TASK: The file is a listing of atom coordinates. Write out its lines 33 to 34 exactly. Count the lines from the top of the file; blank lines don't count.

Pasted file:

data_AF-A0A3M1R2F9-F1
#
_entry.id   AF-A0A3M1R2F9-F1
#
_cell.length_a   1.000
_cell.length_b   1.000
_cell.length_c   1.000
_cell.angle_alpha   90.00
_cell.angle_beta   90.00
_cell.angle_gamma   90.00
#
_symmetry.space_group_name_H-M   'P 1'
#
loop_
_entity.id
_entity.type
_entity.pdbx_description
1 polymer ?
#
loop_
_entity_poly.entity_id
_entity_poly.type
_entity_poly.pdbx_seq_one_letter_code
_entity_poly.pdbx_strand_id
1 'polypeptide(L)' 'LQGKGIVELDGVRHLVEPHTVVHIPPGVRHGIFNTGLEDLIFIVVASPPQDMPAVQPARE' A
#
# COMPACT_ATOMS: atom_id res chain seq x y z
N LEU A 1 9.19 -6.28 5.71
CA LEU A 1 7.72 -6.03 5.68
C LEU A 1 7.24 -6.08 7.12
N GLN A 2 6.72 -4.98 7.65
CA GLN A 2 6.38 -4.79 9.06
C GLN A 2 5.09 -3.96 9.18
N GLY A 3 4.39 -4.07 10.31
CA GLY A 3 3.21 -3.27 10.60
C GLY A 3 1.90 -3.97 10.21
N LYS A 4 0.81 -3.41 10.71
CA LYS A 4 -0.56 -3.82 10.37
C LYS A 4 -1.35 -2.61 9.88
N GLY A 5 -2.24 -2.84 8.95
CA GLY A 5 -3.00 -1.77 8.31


C GLN A 2 5.09 -3.96 9.18
N GLY A 3 4.39 -4.07 10.31